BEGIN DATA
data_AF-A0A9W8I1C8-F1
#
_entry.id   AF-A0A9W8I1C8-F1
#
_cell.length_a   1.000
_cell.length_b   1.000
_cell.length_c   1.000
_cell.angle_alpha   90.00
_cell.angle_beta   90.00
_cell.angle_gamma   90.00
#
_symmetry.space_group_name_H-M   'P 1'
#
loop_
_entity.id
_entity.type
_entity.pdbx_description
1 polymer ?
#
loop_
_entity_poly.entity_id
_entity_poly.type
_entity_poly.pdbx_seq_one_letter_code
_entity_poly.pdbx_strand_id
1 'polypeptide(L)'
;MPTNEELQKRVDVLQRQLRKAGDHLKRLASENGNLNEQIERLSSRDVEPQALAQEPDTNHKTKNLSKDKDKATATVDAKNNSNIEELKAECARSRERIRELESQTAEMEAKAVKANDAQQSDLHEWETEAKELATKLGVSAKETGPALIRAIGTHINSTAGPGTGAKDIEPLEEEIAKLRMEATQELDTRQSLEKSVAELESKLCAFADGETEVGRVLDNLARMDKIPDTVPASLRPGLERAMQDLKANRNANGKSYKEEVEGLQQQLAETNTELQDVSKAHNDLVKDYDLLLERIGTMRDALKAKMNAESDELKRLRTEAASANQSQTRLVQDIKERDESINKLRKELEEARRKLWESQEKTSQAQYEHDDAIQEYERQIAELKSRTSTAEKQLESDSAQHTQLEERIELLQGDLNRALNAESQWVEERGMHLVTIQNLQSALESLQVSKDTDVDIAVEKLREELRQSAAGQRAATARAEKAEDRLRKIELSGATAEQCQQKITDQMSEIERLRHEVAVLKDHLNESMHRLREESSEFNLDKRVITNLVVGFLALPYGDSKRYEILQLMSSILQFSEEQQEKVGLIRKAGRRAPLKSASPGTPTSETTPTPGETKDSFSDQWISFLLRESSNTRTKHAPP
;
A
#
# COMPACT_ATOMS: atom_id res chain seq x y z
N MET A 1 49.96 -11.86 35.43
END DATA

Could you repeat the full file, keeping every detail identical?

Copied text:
data_AF-A0A9W8I1C8-F1
#
_entry.id   AF-A0A9W8I1C8-F1
#
_cell.length_a   1.000
_cell.length_b   1.000
_cell.length_c   1.000
_cell.angle_alpha   90.00
_cell.angle_beta   90.00
_cell.angle_gamma   90.00
#
_symmetry.space_group_name_H-M   'P 1'
#
loop_
_entity.id
_entity.type
_entity.pdbx_description
1 polymer ?
#
loop_
_entity_poly.entity_id
_entity_poly.type
_entity_poly.pdbx_seq_one_letter_code
_entity_poly.pdbx_strand_id
1 'polypeptide(L)'
;MPTNEELQKRVDVLQRQLRKAGDHLKRLASENGNLNEQIERLSSRDVEPQALAQEPDTNHKTKNLSKDKDKATATVDAKNNSNIEELKAECARSRERIRELESQTAEMEAKAVKANDAQQSDLHEWETEAKELATKLGVSAKETGPALIRAIGTHINSTAGPGTGAKDIEPLEEEIAKLRMEATQELDTRQSLEKSVAELESKLCAFADGETEVGRVLDNLARMDKIPDTVPASLRPGLERAMQDLKANRNANGKSYKEEVEGLQQQLAETNTELQDVSKAHNDLVKDYDLLLERIGTMRDALKAKMNAESDELKRLRTEAASANQSQTRLVQDIKERDESINKLRKELEEARRKLWESQEKTSQAQYEHDDAIQEYERQIAELKSRTSTAEKQLESDSAQHTQLEERIELLQGDLNRALNAESQWVEERGMHLVTIQNLQSALESLQVSKDTDVDIAVEKLREELRQSAAGQRAATARAEKAEDRLRKIELSGATAEQCQQKITDQMSEIERLRHEVAVLKDHLNESMHRLREESSEFNLDKRVITNLVVGFLALPYGDSKRYEILQLMSSILQFSEEQQEKVGLIRKAGRRAPLKSASPGTPTSETTPTPGETKDSFSDQWISFLLRESSNTRTKHAPP
;
A
#
# COMPACT_ATOMS: atom_id res chain seq x y z
N MET A 1 49.96 -11.86 35.43